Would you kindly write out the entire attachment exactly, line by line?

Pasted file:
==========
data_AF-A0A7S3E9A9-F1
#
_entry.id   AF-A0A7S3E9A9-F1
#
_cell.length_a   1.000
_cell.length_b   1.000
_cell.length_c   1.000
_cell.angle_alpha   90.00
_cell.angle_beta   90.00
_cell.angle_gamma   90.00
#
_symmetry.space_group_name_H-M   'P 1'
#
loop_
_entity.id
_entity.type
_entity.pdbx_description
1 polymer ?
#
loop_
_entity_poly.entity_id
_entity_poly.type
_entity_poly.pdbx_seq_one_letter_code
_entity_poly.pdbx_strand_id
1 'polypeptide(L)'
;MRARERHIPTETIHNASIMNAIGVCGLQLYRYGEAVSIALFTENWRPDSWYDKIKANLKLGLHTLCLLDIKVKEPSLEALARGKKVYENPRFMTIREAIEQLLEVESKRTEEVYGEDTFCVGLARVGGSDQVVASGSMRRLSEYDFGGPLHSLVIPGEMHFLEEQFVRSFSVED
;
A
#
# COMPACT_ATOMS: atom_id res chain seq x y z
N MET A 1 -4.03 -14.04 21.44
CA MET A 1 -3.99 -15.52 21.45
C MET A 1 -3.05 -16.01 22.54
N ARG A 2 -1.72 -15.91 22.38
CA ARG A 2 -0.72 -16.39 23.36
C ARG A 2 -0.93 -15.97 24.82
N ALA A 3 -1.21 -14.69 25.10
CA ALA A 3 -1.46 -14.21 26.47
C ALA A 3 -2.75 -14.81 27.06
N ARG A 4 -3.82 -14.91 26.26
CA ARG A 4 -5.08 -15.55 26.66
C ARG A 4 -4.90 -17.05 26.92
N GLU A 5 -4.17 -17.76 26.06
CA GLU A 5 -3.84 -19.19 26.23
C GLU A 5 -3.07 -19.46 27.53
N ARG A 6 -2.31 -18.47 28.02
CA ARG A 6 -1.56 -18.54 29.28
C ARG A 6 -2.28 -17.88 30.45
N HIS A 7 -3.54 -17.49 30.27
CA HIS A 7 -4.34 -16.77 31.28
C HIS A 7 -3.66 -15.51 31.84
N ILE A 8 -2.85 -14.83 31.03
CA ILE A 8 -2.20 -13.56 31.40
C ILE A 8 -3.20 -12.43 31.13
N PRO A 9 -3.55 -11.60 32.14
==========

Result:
data_AF-A0A7S3E9A9-F1
#
_entry.id   AF-A0A7S3E9A9-F1
#
_cell.length_a   1.000
_cell.length_b   1.000
_cell.length_c   1.000
_cell.angle_alpha   90.00
_cell.angle_beta   90.00
_cell.angle_gamma   90.00
#
_symmetry.space_group_name_H-M   'P 1'
#
loop_
_entity.id
_entity.type
_entity.pdbx_description
1 polymer ?
#
loop_
_entity_poly.entity_id
_entity_poly.type
_entity_poly.pdbx_seq_one_letter_code
_entity_poly.pdbx_strand_id
1 'polypeptide(L)'
;MRARERHIPTETIHNASIMNAIGVCGLQLYRYGEAVSIALFTENWRPDSWYDKIKANLKLGLHTLCLLDIKVKEPSLEALARGKKVYENPRFMTIREAIEQLLEVESKRTEEVYGEDTFCVGLARVGGSDQVVASGSMRRLSEYDFGGPLHSLVIPGEMHFLEEQFVRSFSVED
;
A
#
# COMPACT_ATOMS: atom_id res chain seq x y z
N MET A 1 -4.03 -14.04 21.44
CA MET A 1 -3.99 -15.52 21.45
C MET A 1 -3.05 -16.01 22.54
N ARG A 2 -1.72 -15.91 22.38
CA ARG A 2 -0.72 -16.39 23.36
C ARG A 2 -0.93 -15.97 24.82
N ALA A 3 -1.21 -14.69 25.10
CA ALA A 3 -1.46 -14.21 26.47
C ALA A 3 -2.75 -14.81 27.06
N ARG A 4 -3.82 -14.91 26.26
CA ARG A 4 -5.08 -15.55 26.66
C ARG A 4 -4.90 -17.05 26.92
N GLU A 5 -4.17 -17.76 26.06
CA GLU A 5 -3.84 -19.19 26.23
C GLU A 5 -3.07 -19.46 27.53
N ARG A 6 -2.31 -18.47 28.02
CA ARG A 6 -1.56 -18.54 29.28
C ARG A 6 -2.28 -17.88 30.45
N HIS A 7 -3.54 -17.49 30.27
CA HIS A 7 -4.34 -16.77 31.28
C HIS A 7 -3.66 -15.51 31.84
N ILE A 8 -2.85 -14.83 31.03
CA ILE A 8 -2.20 -13.56 31.40
C ILE A 8 -3.20 -12.43 31.13
N PRO A 9 -3.55 -11.60 32.14